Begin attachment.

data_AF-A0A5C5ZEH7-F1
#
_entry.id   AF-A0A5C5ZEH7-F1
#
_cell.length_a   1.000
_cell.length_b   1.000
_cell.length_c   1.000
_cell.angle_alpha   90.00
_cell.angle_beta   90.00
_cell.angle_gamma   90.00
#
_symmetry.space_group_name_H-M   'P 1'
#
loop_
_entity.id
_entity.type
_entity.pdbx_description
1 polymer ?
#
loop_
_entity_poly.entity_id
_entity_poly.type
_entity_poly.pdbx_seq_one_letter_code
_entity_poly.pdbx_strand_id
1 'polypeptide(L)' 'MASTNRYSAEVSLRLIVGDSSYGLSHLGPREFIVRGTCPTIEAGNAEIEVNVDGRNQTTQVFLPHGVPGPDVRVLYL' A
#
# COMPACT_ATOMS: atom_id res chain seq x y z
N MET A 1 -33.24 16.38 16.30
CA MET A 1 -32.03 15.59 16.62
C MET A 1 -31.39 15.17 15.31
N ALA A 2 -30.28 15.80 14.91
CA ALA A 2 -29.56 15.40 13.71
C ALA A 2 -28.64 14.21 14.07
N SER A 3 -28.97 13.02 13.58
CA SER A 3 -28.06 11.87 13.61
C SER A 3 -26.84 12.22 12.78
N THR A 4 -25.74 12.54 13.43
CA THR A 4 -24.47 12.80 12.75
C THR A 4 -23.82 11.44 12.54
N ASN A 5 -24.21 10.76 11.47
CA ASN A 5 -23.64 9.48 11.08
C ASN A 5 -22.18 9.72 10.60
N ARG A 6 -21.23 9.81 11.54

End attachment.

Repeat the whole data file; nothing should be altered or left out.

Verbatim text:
data_AF-A0A5C5ZEH7-F1
#
_entry.id   AF-A0A5C5ZEH7-F1
#
_cell.length_a   1.000
_cell.length_b   1.000
_cell.length_c   1.000
_cell.angle_alpha   90.00
_cell.angle_beta   90.00
_cell.angle_gamma   90.00
#
_symmetry.space_group_name_H-M   'P 1'
#
loop_
_entity.id
_entity.type
_entity.pdbx_description
1 polymer ?
#
loop_
_entity_poly.entity_id
_entity_poly.type
_entity_poly.pdbx_seq_one_letter_code
_entity_poly.pdbx_strand_id
1 'polypeptide(L)' 'MASTNRYSAEVSLRLIVGDSSYGLSHLGPREFIVRGTCPTIEAGNAEIEVNVDGRNQTTQVFLPHGVPGPDVRVLYL' A
#
# COMPACT_ATOMS: atom_id res chain seq x y z
N MET A 1 -33.24 16.38 16.30
CA MET A 1 -32.03 15.59 16.62
C MET A 1 -31.39 15.17 15.31
N ALA A 2 -30.28 15.80 14.91
CA ALA A 2 -29.56 15.40 13.71
C ALA A 2 -28.64 14.21 14.07
N SER A 3 -28.97 13.02 13.58
CA SER A 3 -28.06 11.87 13.61
C SER A 3 -26.84 12.22 12.78
N THR A 4 -25.74 12.54 13.43
CA THR A 4 -24.47 12.80 12.75
C THR A 4 -23.82 11.44 12.54
N ASN A 5 -24.21 10.76 11.47
CA ASN A 5 -23.64 9.48 11.08
C ASN A 5 -22.18 9.72 10.60
N ARG A 6 -21.23 9.81 11.54